sierra.prop("engineType", "V8");
		sierra.prop("forcedInduction", false);
		sierra.prop("horsepower", 420);
		sierra.prop("year", 2018);
		sierra.prop("make", "GMC");
		sierra.prop("model", "Sierra");

		execution.setVariable("sierraJava", sierra);
	}

}


In order to point Spring Boot to this JavaDelegate implementation for dependency injection, we need an @Configuration-annotated class, and we'll use the following class*:



package co.summit58.cam.run.resourceconfig;

import org.springframework.boot.autoconfigure.AutoConfigureOrder;
import org.springframework.boot.autoconfigure.condition.ConditionalOnBean;
import org.springframework.context.annotation.ComponentScan;
import org.springframework.context.annotation.Configuration;
import org.springframework.core.Ordered;

@Configuration
@AutoConfigureOrder(Ordered.LOWEST_PRECEDENCE)
@ConditionalOnBean(type = "org.camunda.bpm.engine.ProcessEngine")
public class ResourceConfiguration {
	
	@Configuration
	@ComponentScan("co.summit58.cam.run.delegates")
	public static class EmbeddedConfiguration {
		
	}
	
}


The structure of this class is identical to the structure of the @Configuration class that we use in the JAR files that we deploy alongside the competing Flowable product's Spring Boot executable WAR files. That's important, because it illustrates that we aren't doing anything "magical" for Camunda Run here; it's standard Spring Boot, and the way these extension JAR files are made available is the same.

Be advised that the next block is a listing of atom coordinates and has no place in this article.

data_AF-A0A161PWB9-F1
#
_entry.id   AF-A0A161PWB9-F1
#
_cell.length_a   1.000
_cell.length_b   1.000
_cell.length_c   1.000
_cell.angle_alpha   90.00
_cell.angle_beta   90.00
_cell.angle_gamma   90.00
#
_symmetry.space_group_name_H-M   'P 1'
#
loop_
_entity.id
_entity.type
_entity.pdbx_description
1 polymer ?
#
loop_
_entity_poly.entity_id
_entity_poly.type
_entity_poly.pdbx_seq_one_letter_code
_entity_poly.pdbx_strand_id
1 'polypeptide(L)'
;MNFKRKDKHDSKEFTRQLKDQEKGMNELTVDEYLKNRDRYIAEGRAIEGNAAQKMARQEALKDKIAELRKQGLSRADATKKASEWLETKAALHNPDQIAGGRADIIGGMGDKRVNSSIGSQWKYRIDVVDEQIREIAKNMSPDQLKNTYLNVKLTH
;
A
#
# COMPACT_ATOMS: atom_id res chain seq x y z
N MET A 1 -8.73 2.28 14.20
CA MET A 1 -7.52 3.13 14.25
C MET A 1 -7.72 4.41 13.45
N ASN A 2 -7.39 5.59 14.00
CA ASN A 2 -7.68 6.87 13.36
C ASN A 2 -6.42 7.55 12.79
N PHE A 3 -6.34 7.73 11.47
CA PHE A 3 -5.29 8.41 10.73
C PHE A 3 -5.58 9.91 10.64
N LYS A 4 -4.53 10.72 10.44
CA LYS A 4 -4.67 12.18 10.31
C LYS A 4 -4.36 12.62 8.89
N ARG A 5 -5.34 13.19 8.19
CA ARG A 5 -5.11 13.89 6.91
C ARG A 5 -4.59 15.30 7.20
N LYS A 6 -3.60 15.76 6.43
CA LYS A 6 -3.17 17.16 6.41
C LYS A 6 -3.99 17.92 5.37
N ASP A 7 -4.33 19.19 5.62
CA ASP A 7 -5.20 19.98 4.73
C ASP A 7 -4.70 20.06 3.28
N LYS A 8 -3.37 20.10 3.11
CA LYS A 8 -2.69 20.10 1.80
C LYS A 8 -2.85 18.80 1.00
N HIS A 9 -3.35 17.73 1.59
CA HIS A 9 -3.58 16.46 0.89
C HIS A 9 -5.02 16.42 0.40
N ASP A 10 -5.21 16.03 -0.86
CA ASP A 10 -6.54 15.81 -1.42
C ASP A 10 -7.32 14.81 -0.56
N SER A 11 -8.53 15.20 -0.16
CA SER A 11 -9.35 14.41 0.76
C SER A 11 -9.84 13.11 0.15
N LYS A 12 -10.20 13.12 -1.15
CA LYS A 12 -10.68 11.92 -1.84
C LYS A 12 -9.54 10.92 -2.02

This @Configuration class is referenced by the spring.factories file, which has to be placed in the JAR file's META-INF directory. The spring.factories file looks like this:



org.springframework.boot.autoconfigure.EnableAutoConfiguration=co.summit58.cam.run.resourceconfig.ResourceConfiguration


The next step is then to JAR these together along with any required dependencies that aren't already available in Camunda Run. This can be done by creating an "uber" JAR, a good explanation for which is available here.


Once that JAR has been created, copy/paste it to the configuration/userlib directory within your Camunda Run directory and restart Camunda Run. If you run an instance of the model referenced above, you'll see - if you've set it up correctly - that Camunda Run has picked up the JavaDelegate implementation and that it works as desired.


Advanced Process Engine Configuration in Camunda Run


As noted above, it will often be necessary to make configuration changes that can't be made via Camunda Run's included YAML files. In those situations, you'll need a custom plugin. How can I create and use one of those in Camunda Run? We'll provide a straightforward example below.


Let's say - for demo purposes - that you want to source a custom JavaScript file (named bpmn.js in this case) from the classpath containing a custom function. This custom function might look like this:



function sayHello(name) {
  print('Hello ' + name + '!!');
}


(Yes, it's simple. This is a demo! 🙂)


To reference this file/function and call it from within Script Tasks, you would need a custom ScriptEnvResolver, and this can be added using a ProcessEnginePlugin. Here's our custom ScriptEnvResolver:



package co.summit58.cam.run.plugins;

import org.camunda.bpm.engine.impl.scripting.env.ScriptEnvResolver;
import org.camunda.commons.utils.IoUtil;

import java.io.InputStream;